But talking price too early, without first learning more about the customer’s need and why its resolution is important, just confirms their initial perception of your offering as a commodity. And like every other commodity supplier, they then assume that your primary motivation is to sell, not to solve. They sense that you’re seeking the one-time transaction, not a contribution to their success or an enduring relationship; like them, you agree that price is the dominant deciding factor. 

Talking price too early enables the customer to treat you like a vendor, wasting an opportunity to reveal your organization’s experience and competency, and your genuine interest in their success. It discounts your expertise, diminishes your brand, and sets you up for a one-way journey down in revenue and profit. 

For your offering to be seen as more than a transaction -…for it to be recognized as a solution that resolves a need while contributing to a strategic aspiration,…for it to […]

By |February 4th, 2020|Grolistic, Grolistic, Growth & Leadership Insights|0 Comments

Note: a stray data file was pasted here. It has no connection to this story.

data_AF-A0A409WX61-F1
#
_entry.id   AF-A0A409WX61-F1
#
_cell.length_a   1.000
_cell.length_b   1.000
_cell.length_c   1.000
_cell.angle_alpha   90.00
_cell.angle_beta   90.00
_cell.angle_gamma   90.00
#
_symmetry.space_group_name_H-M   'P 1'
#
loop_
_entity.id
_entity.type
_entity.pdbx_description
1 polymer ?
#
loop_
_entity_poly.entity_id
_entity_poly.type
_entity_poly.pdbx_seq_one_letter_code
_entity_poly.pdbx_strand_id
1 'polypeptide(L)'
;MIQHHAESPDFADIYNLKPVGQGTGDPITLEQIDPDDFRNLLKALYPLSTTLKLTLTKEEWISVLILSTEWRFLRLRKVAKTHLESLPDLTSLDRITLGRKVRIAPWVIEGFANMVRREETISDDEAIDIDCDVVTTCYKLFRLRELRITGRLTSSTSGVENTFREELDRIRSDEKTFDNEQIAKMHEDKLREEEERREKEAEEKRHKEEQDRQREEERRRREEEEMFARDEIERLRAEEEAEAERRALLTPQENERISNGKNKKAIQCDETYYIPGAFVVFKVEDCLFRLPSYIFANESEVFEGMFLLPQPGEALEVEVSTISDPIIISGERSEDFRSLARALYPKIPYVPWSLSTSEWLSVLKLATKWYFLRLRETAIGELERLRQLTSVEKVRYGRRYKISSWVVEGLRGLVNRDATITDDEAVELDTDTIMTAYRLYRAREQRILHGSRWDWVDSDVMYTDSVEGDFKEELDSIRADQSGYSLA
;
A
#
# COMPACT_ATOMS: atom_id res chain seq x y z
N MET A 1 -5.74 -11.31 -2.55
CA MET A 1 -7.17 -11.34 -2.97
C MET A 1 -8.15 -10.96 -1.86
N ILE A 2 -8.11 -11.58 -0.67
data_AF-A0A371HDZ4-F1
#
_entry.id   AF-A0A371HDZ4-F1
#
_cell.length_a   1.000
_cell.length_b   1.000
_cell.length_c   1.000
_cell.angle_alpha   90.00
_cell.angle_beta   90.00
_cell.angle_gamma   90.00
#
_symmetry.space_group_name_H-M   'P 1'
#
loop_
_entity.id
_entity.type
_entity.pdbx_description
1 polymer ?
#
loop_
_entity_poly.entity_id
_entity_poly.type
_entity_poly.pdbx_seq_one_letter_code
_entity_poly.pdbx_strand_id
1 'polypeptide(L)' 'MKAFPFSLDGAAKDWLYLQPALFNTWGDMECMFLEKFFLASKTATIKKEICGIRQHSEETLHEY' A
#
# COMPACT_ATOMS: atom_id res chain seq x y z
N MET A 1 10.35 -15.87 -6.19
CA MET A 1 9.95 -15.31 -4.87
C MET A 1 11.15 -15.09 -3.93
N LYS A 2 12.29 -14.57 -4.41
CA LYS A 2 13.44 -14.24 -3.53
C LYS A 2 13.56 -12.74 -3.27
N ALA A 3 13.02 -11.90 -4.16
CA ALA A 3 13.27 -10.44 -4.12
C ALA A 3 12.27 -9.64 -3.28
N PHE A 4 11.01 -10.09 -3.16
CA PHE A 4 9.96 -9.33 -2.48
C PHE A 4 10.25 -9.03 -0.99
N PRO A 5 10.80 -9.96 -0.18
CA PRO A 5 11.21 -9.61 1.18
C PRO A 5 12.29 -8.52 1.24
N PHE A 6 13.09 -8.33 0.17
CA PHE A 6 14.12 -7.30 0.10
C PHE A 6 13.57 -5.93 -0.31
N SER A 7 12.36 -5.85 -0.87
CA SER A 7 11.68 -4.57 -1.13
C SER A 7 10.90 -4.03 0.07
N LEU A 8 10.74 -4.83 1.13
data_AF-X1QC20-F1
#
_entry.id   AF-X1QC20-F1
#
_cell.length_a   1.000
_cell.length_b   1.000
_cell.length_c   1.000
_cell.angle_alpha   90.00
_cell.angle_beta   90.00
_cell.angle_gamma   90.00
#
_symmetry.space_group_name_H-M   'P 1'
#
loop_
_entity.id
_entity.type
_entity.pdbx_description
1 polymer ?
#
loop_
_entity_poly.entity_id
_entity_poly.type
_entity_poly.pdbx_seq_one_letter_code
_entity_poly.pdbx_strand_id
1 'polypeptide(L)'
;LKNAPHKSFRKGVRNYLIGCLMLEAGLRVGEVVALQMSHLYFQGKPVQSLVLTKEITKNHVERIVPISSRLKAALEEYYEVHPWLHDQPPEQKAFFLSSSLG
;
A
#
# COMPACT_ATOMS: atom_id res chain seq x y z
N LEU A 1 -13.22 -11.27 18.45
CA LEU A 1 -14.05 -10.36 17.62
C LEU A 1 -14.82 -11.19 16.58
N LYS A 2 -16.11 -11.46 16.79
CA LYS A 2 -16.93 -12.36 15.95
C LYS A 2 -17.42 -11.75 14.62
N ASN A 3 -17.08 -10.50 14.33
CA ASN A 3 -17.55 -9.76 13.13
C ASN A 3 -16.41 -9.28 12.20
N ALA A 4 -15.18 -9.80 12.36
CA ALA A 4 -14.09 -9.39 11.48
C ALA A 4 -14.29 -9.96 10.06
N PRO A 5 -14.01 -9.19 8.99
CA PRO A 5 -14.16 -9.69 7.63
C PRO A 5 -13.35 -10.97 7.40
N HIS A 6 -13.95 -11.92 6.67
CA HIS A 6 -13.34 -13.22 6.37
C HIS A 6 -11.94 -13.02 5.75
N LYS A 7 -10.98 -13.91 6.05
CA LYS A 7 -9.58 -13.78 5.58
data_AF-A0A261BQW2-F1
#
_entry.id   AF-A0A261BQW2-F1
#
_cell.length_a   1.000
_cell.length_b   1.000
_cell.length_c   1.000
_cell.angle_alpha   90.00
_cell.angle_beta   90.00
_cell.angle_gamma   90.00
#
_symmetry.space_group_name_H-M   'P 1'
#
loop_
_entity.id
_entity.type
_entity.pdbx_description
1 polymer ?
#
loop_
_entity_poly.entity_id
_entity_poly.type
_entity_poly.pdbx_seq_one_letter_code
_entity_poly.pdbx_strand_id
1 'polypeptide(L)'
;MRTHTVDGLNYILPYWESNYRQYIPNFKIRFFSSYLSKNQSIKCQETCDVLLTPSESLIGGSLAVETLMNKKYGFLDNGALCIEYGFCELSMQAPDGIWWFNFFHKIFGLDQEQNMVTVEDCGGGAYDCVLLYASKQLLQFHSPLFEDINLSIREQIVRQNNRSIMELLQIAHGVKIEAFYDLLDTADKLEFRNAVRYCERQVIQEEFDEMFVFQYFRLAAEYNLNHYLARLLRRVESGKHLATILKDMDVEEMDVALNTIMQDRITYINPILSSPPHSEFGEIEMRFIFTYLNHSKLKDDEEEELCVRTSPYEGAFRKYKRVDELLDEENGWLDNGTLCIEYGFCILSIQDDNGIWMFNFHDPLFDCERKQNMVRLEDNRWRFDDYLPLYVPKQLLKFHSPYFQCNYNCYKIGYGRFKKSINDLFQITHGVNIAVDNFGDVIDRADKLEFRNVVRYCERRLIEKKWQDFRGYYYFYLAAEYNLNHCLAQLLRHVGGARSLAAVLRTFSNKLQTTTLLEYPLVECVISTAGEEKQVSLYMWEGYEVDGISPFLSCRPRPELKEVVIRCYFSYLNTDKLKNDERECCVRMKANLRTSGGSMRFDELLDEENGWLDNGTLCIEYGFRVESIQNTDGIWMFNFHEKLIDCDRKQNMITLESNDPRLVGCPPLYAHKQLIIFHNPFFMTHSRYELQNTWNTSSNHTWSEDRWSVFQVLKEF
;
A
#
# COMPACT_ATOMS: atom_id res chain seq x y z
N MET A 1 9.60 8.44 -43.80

The Impact of Observation

Bob Schultek
Author of
The Gauntlet

Having signed 52 baseball prospects who would later become major league players, Tony Lucadello is known as baseball’s greatest scout. His discoveries included Hall of Famers Ferguson Jenkins and Mike Schmidt. 

The number of his signees making it to the big leagues is far greater than any other scout. And he accomplished this with a territory that included Ohio, Indiana and Michigan, rather than the good weather states of Florida, Texas or California where more opportunities to discover talent existed. 

In his book, “Profit of the Sandlots,” Mark Winegardner explains how Tony accomplished this feat. He “spurned the radar gun and stopwatch” preferring to observe prospects from different spots around the perimeter of the field versus watching from behind home plate like other scouts. Rather than judging how each performed, Tony sought to assess how coachable a kid might be, if a “hitch in a swing or a throwing quirk might be corrected,” which was best accomplished by observing from different perspectives. This enabled him to envision a player’s potential versus relying solely on a prospect’s current talent to determine if he should be signed.